no, I came away with "you're not making any very good points."
no, I don't disagree with those things. I disagree that guns are to blame for this incident. but, as I said, you're more than welcome to give me an explanation for the comment I responded to, so that I understand why you think guns are to blame for this a little better.
but since DC's gun laws have NOT stopped gun violence in DC, the implication is...
I don't see why you believe that the availability of guns, and the gun culture are to blame, either. I see you saying that you believe it, but not why.
I believe this guy would have found something to commit this crime with, that he wouldn't have had a hard time doing so, and that he could have found something more dangerous than a gun to do it with.
I still believe that, except when "guns" is used as a metonym for a human agent or action.
If he had not had such easy access to guns, there's a significant chance that less people would be dead by his hand.what makes you say this? I understand that you believe it, but as you said "it's just an assertion you're making."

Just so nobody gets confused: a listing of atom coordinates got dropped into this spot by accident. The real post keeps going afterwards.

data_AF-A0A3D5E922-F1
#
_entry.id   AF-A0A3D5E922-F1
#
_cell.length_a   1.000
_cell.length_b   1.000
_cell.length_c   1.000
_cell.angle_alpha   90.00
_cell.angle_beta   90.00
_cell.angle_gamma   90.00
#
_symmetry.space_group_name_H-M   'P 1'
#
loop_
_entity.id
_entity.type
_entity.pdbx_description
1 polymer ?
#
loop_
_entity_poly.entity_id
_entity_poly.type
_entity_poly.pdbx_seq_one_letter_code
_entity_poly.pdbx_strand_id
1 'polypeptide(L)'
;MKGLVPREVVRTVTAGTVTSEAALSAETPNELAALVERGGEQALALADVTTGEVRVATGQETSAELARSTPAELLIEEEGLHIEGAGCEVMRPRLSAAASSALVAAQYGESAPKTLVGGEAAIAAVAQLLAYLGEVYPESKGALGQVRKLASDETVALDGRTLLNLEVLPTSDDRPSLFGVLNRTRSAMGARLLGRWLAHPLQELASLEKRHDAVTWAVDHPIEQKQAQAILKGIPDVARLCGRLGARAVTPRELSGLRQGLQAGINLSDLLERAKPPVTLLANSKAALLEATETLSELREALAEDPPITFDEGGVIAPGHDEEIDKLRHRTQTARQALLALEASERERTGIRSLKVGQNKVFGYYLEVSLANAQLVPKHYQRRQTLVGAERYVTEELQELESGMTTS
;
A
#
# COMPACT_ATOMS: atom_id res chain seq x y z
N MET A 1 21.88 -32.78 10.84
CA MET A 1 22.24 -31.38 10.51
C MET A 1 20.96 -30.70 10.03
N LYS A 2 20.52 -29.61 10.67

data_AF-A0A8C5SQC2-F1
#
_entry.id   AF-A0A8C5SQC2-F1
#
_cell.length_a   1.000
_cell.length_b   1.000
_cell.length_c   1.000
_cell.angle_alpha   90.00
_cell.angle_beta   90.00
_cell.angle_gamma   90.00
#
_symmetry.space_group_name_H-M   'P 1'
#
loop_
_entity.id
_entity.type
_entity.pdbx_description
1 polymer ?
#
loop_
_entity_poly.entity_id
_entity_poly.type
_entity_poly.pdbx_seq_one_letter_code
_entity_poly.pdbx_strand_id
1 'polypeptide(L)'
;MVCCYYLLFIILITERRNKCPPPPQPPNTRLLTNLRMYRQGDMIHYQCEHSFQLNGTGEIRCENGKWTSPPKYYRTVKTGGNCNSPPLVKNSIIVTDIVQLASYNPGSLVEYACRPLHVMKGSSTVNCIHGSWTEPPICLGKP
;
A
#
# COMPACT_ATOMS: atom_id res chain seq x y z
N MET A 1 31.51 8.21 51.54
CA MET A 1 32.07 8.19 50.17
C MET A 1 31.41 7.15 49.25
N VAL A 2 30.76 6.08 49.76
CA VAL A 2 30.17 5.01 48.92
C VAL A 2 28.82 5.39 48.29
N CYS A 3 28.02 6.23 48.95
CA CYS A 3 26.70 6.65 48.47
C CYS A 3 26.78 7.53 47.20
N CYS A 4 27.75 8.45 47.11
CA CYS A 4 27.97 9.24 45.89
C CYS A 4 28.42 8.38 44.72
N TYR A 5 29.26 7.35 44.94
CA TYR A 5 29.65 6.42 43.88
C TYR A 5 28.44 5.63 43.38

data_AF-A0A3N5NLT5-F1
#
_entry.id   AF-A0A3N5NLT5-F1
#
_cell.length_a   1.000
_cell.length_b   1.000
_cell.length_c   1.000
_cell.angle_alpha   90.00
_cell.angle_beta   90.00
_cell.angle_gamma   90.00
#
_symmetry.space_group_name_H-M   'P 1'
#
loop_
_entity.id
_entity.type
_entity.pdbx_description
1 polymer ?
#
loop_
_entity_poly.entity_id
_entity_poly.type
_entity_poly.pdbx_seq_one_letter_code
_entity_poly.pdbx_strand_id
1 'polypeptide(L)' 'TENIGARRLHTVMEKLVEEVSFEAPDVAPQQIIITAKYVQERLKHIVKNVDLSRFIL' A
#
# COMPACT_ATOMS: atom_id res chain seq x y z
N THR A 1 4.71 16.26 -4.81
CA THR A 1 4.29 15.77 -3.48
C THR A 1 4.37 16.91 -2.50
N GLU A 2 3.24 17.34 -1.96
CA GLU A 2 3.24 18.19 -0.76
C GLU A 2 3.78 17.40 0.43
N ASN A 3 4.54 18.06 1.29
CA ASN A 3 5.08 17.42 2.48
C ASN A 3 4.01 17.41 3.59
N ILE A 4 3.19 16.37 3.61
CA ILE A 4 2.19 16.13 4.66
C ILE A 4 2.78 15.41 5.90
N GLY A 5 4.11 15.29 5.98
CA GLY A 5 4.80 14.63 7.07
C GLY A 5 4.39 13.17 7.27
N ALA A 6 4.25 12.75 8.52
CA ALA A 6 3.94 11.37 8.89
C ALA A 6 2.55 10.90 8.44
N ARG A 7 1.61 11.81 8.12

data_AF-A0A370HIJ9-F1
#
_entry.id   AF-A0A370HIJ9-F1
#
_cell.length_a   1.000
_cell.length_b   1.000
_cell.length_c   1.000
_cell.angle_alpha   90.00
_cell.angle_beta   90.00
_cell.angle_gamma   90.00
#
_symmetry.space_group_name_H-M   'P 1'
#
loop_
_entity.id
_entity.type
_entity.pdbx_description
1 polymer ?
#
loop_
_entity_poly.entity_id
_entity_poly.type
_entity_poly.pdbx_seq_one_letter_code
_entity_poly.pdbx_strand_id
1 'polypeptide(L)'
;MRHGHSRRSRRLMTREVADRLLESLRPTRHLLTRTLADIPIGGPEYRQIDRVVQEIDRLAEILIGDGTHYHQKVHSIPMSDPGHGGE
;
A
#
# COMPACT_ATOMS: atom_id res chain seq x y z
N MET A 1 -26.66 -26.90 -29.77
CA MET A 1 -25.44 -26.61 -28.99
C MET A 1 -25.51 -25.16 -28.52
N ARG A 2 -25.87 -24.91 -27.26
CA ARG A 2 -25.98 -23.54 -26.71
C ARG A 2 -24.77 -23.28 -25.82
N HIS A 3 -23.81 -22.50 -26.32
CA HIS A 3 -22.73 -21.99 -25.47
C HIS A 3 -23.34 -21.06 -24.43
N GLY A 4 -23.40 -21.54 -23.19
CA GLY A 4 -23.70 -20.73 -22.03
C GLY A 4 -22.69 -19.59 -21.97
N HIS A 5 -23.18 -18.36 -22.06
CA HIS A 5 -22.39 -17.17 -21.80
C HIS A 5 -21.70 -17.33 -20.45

If he had not had such easy access to guns, there's a significant chance that less people would be dead by his hand.
since a gun isn't necessary for this guy to have killed these people, I still don't see why guns are to blame.
meaning that's how you used the word, or that's the empirical definition?
Really? You plant to sort through my entire posting history to see if, in one of my umpteen million stupid comments, I might have misused the word "blame" in a comment meant to be funny?